In the last year – according to many, a very challenging year – Serengeti has done a great job. We got 8 new clients and entered 2021 as if we were only picking up momentum in 2020. Since 2013, the company has been continuously achieving exponential growth, which in some years amounted to 70-80%. We are recognized as one of the fastest growing IT companies in Europe and we have been placed on Deloitte's list of the fastest growing technology companies in Central Europe several times.
Each new milestone comes with new challenges – this means new challenges and new opportunities for us. For example, in the last few years, our growth was closely followed by a growth in the number of competitors. Clients often believe that many software companies have begun to turn a complex business into a convenience because all the businesses are aiming for the position of the best, healthiest and most desirable software development company. Instead of looking at each new competitor as a threat, we decided to welcome the competition because it actually increases the overall consumer demand and challenges us to put emphasis on quality and client education.
Quality work and a satisfied client have always been the basis that helped us win new projects and clients. Growth was simply an inevitable consequence.
As the company’s CEO, every new project is both a pleasure and a challenge for me; but it makes me especially happy when we win new projects from existing clients. This usually means that we take on jobs with more responsibility, contract larger projects, expand competencies and specializations in certain areas, and influence the possibilities of bigger investments in R&D. For us, this means a greater chance of progress and development of employees. Other than this, an oral recommendation is like an existing client giving us a public compliment. We had the luck of having both of these cases happen to us recently. With one client, we expanded our engagement on an existing project and thanks to our work and relationships so far, we have realized two additional projects. The second client came as a result of the recommendation of one existing client who was extremely satisfied with our cooperation.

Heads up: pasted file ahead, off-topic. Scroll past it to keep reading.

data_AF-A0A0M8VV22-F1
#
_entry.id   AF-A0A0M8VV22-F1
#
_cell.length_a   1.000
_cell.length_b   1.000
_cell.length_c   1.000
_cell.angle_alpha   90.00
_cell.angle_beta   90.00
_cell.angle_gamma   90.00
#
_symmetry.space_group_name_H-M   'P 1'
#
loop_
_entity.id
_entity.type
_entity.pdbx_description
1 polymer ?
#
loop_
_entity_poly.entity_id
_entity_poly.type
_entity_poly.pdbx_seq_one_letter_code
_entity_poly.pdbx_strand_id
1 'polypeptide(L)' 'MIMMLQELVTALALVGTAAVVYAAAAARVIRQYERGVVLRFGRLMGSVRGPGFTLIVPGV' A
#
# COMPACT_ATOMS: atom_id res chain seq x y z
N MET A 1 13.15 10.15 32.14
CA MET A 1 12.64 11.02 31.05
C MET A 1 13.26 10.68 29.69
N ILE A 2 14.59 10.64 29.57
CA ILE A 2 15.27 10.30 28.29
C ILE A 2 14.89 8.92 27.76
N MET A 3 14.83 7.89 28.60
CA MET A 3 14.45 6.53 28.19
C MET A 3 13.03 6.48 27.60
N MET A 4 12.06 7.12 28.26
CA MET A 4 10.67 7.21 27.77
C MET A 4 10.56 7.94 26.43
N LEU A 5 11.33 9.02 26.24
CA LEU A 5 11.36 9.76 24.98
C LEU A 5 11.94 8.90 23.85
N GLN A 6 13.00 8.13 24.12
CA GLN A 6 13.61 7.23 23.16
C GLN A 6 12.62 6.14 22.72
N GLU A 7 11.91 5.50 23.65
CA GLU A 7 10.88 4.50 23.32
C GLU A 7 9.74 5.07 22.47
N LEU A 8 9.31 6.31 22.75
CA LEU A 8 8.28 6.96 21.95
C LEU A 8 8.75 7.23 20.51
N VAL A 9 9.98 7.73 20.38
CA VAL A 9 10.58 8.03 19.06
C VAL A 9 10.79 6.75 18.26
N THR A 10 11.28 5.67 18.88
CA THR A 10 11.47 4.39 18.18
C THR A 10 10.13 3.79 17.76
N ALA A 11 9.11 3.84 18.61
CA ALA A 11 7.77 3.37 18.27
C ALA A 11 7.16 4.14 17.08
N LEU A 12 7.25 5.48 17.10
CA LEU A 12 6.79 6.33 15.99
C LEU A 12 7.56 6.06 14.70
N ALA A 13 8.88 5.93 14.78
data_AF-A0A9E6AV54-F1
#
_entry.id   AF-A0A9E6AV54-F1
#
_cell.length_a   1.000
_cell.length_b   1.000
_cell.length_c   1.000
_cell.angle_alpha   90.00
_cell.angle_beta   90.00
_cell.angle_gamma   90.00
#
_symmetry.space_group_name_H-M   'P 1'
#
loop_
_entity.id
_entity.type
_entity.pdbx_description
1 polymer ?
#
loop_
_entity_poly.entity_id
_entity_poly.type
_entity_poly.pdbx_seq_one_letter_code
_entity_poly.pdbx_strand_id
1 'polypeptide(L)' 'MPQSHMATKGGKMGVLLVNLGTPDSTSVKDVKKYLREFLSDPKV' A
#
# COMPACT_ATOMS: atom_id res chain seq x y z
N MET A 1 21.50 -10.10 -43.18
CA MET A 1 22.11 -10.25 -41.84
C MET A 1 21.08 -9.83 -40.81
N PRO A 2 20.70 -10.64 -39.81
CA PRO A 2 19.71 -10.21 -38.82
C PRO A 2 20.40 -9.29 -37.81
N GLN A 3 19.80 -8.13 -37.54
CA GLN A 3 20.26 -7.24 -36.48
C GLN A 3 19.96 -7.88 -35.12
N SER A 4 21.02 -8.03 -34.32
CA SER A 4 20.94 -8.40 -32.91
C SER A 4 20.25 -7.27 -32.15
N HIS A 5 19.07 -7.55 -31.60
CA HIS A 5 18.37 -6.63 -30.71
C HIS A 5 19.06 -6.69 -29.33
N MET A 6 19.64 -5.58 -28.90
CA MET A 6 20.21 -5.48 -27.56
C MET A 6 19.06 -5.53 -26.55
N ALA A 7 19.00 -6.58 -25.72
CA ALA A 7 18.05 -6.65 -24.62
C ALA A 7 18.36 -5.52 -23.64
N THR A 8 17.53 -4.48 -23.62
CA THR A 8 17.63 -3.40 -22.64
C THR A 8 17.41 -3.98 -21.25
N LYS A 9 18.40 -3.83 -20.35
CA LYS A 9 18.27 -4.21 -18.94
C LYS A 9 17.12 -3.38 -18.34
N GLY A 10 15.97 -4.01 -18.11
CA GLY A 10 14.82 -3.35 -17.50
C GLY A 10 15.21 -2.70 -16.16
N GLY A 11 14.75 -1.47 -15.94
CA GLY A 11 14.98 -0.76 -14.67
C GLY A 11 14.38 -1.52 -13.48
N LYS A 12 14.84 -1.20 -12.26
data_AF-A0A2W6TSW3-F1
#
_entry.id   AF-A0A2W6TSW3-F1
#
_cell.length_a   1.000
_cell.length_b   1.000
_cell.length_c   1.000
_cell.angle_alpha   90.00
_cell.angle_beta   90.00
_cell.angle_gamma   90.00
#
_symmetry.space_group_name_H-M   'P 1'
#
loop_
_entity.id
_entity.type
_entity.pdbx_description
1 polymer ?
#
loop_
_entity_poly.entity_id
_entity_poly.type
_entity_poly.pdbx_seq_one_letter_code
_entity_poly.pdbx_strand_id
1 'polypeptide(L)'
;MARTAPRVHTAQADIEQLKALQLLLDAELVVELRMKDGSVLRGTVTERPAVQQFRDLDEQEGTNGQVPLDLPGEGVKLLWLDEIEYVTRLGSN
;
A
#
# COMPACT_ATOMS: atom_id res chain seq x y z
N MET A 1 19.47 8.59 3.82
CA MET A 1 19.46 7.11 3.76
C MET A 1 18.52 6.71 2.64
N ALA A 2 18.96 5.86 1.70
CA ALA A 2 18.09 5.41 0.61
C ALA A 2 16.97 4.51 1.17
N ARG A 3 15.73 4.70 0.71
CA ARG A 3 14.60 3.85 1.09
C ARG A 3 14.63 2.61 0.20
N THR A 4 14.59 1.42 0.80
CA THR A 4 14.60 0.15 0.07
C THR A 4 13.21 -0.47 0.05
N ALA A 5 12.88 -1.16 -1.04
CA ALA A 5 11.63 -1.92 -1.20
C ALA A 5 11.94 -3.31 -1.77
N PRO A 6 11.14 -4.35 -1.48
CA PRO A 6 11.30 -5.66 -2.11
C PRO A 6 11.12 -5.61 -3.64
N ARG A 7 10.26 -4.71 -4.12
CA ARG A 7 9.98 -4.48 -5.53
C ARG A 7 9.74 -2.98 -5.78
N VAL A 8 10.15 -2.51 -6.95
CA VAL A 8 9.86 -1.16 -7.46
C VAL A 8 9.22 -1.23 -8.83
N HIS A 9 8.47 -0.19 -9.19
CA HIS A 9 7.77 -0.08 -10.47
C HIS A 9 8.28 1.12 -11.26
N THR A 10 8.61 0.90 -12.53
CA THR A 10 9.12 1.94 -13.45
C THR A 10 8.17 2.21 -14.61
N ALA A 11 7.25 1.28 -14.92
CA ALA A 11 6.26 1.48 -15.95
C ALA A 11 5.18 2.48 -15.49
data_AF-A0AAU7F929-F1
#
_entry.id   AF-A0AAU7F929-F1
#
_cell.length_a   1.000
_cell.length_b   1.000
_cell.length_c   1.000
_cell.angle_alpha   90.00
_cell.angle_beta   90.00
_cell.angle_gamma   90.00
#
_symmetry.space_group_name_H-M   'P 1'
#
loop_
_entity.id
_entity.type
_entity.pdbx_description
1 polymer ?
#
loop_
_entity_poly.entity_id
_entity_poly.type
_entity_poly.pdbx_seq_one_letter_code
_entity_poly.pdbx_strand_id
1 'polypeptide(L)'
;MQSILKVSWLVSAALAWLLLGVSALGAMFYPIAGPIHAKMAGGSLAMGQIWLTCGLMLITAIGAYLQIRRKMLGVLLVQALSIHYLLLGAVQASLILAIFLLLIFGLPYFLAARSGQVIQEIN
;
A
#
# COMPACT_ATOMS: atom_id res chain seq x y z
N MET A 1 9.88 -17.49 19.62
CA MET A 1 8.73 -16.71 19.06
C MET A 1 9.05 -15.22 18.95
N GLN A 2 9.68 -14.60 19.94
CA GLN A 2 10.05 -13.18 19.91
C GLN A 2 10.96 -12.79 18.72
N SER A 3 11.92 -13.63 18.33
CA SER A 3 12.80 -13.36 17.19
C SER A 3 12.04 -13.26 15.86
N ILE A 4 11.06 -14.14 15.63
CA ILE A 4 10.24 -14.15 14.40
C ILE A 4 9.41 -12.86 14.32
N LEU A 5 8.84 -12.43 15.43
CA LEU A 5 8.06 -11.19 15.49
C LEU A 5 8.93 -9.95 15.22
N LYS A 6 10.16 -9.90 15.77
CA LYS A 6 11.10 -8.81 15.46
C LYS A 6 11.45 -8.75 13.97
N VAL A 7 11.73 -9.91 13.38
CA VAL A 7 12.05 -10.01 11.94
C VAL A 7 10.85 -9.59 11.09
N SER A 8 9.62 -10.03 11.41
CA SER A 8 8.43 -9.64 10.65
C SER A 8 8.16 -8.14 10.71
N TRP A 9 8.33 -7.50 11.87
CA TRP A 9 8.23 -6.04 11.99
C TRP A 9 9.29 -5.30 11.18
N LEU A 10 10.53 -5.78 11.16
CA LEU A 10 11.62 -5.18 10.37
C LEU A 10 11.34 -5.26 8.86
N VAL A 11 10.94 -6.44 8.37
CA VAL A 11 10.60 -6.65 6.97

When speaking of software companies that have emerged almost traditionally in living rooms or garages, rapid growth often causes shock. Owners and directors time and again do not notice that the company has outgrown them. This is where problems arise – they continue running the company like it is still in the garage or the living room phase. Lots of elements depend on the director or founder of the company and their ability to accept the fact that they must change their approach to allow the company to grow healthily and ensure that focus on clients, quality of delivery, and employee care are not lost.
When the company has approximately 20 employees, the focus is on cash flow, finding a sufficient number of jobs and the collection of accounts receivables on time. If the company uses its own resources to remain on the market, every day can be a struggle for survival, and the costs that the company is able to bear must be kept at the necessary levels.